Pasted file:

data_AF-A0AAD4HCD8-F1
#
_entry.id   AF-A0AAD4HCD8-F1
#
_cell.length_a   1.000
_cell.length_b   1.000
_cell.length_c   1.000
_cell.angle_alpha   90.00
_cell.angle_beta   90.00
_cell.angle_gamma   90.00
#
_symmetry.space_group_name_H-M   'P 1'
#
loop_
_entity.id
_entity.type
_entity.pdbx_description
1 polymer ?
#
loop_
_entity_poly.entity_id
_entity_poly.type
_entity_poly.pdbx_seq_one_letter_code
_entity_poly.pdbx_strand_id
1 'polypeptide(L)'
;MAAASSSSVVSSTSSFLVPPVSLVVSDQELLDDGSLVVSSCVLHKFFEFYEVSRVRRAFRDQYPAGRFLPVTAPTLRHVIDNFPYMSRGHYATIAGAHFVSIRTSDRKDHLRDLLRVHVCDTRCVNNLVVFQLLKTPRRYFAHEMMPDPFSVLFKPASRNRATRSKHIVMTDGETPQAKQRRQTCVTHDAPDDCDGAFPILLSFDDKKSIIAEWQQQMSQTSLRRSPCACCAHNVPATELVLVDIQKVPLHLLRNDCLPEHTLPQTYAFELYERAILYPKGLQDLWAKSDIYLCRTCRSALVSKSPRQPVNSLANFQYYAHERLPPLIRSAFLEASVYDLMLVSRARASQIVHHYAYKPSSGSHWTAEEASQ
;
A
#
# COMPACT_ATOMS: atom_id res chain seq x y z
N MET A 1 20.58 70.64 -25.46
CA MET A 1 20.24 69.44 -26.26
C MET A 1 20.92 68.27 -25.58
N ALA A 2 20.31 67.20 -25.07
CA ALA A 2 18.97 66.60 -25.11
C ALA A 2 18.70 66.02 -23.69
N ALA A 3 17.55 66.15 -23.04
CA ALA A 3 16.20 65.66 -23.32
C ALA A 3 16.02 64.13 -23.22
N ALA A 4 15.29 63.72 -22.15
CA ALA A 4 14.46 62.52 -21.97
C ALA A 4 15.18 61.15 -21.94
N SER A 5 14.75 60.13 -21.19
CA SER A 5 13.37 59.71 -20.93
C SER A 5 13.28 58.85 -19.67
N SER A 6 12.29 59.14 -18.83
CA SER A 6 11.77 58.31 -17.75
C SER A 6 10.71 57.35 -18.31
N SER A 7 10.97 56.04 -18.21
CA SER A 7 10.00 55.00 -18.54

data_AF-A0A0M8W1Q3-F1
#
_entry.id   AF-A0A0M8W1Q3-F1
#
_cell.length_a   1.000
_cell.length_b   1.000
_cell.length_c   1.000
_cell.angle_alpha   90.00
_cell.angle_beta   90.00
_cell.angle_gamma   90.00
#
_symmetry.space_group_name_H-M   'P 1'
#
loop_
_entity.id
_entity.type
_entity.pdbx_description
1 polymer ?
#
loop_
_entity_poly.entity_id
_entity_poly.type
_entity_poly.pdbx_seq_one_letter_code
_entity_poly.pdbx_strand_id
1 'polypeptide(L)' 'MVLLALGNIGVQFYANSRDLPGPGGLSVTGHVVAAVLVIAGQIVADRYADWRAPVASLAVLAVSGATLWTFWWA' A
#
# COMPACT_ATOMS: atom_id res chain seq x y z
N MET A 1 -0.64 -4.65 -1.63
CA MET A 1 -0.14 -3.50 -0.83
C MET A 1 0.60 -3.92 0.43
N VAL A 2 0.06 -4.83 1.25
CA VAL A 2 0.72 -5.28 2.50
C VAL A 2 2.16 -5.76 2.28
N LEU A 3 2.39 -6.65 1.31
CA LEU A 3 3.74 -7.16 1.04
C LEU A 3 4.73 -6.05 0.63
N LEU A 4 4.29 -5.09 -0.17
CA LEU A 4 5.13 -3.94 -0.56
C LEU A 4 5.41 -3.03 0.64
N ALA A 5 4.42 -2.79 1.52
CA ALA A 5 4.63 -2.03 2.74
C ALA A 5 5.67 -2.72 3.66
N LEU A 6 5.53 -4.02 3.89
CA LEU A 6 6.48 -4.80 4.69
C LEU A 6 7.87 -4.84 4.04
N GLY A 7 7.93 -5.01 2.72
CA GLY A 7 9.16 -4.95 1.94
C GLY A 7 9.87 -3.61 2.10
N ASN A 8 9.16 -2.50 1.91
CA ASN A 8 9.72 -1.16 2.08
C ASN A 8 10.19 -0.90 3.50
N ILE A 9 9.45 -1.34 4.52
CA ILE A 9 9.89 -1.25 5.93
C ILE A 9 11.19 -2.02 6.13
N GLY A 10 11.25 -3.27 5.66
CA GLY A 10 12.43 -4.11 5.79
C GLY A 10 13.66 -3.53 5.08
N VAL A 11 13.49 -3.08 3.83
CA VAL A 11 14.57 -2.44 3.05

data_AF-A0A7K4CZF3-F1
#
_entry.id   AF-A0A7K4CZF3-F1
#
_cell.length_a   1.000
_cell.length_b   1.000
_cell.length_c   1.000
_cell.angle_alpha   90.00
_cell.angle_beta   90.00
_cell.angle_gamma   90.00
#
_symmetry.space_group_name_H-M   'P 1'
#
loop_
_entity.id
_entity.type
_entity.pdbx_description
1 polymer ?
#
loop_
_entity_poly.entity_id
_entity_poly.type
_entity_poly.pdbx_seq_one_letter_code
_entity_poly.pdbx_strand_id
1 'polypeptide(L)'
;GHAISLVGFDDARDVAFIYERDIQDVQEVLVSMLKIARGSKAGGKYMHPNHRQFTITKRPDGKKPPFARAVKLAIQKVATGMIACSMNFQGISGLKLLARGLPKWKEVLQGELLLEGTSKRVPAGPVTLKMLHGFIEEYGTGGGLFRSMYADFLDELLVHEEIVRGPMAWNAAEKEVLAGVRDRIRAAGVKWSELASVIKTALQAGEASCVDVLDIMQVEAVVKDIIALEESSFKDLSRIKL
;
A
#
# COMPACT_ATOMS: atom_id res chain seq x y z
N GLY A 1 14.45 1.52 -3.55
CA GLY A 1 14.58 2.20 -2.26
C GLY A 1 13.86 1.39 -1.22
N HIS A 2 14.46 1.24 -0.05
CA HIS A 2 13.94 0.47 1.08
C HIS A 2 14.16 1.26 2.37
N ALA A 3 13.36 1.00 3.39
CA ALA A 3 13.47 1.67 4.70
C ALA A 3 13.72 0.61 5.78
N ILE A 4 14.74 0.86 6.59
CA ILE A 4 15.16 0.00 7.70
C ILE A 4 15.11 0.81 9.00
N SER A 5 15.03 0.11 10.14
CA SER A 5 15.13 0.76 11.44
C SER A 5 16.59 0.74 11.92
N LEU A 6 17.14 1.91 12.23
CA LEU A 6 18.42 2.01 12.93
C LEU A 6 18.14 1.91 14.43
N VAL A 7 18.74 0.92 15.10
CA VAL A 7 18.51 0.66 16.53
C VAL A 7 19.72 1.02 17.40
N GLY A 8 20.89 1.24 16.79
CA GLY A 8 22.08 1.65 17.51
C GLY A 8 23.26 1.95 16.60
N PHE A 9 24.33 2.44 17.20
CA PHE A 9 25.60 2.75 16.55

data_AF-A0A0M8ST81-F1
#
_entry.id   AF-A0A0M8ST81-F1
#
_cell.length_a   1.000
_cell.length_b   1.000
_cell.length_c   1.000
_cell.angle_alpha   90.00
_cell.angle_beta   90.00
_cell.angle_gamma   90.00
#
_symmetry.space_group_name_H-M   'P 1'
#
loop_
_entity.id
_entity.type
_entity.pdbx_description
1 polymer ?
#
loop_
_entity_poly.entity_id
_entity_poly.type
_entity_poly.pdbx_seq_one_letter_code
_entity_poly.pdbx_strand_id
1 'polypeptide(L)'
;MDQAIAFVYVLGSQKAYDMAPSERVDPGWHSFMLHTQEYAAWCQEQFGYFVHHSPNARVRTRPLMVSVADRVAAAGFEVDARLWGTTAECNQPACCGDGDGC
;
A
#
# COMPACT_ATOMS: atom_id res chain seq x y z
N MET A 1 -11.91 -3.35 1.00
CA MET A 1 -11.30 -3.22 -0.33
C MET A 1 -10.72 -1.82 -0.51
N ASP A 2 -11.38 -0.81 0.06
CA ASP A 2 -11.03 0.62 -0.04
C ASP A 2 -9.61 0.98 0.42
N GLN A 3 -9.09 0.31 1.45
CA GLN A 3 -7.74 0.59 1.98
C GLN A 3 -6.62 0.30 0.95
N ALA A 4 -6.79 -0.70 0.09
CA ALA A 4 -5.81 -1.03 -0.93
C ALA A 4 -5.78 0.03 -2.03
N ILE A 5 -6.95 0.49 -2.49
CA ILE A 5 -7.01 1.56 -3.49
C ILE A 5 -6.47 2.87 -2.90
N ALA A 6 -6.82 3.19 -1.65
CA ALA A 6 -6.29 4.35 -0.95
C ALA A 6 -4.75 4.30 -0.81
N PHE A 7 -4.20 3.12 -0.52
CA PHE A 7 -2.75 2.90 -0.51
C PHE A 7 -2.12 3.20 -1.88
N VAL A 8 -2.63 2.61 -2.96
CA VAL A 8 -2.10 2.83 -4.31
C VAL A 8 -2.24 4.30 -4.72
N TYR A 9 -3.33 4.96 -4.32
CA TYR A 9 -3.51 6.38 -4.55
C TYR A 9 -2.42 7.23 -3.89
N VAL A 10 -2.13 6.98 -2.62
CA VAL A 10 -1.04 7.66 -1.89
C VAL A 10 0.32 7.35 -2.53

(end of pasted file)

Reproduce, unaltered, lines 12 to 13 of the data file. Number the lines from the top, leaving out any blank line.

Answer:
_symmetry.space_group_name_H-M   'P 1'
#